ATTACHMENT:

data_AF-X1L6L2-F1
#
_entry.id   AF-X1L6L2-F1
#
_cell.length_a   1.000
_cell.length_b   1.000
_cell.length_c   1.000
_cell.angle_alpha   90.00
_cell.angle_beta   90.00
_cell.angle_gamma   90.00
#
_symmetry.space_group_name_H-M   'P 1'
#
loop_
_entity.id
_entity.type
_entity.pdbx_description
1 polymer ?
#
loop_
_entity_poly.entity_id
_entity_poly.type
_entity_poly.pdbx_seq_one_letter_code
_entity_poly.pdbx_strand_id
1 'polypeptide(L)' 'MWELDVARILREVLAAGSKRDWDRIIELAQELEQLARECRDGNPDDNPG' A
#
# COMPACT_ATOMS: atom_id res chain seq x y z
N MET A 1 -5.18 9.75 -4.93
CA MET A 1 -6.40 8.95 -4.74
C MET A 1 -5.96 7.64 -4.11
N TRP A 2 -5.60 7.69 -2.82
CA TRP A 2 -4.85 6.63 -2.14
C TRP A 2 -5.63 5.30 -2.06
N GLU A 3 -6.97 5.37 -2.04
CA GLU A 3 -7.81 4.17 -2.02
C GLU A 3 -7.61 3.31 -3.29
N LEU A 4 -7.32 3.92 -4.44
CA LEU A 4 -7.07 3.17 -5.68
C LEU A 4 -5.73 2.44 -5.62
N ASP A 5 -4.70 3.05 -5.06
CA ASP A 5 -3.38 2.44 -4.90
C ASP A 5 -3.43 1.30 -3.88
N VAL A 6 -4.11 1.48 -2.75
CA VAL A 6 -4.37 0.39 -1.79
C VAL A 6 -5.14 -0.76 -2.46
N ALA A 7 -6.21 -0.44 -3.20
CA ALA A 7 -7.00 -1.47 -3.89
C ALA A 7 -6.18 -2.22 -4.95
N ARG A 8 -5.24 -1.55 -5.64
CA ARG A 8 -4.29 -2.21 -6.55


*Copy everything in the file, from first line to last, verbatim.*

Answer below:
data_AF-X1L6L2-F1
#
_entry.id   AF-X1L6L2-F1
#
_cell.length_a   1.000
_cell.length_b   1.000
_cell.length_c   1.000
_cell.angle_alpha   90.00
_cell.angle_beta   90.00
_cell.angle_gamma   90.00
#
_symmetry.space_group_name_H-M   'P 1'
#
loop_
_entity.id
_entity.type
_entity.pdbx_description
1 polymer ?
#
loop_
_entity_poly.entity_id
_entity_poly.type
_entity_poly.pdbx_seq_one_letter_code
_entity_poly.pdbx_strand_id
1 'polypeptide(L)' 'MWELDVARILREVLAAGSKRDWDRIIELAQELEQLARECRDGNPDDNPG' A
#
# COMPACT_ATOMS: atom_id res chain seq x y z
N MET A 1 -5.18 9.75 -4.93
CA MET A 1 -6.40 8.95 -4.74
C MET A 1 -5.96 7.64 -4.11
N TRP A 2 -5.60 7.69 -2.82
CA TRP A 2 -4.85 6.63 -2.14
C TRP A 2 -5.63 5.30 -2.06
N GLU A 3 -6.97 5.37 -2.04
CA GLU A 3 -7.81 4.17 -2.02
C GLU A 3 -7.61 3.31 -3.29
N LEU A 4 -7.32 3.92 -4.44
CA LEU A 4 -7.07 3.17 -5.68
C LEU A 4 -5.73 2.44 -5.62
N ASP A 5 -4.70 3.05 -5.06
CA ASP A 5 -3.38 2.44 -4.90
C ASP A 5 -3.43 1.30 -3.88
N VAL A 6 -4.11 1.48 -2.75
CA VAL A 6 -4.37 0.39 -1.79
C VAL A 6 -5.14 -0.76 -2.46
N ALA A 7 -6.21 -0.44 -3.20
CA ALA A 7 -7.00 -1.47 -3.89
C ALA A 7 -6.18 -2.22 -4.95
N ARG A 8 -5.24 -1.55 -5.64
CA ARG A 8 -4.29 -2.21 -6.55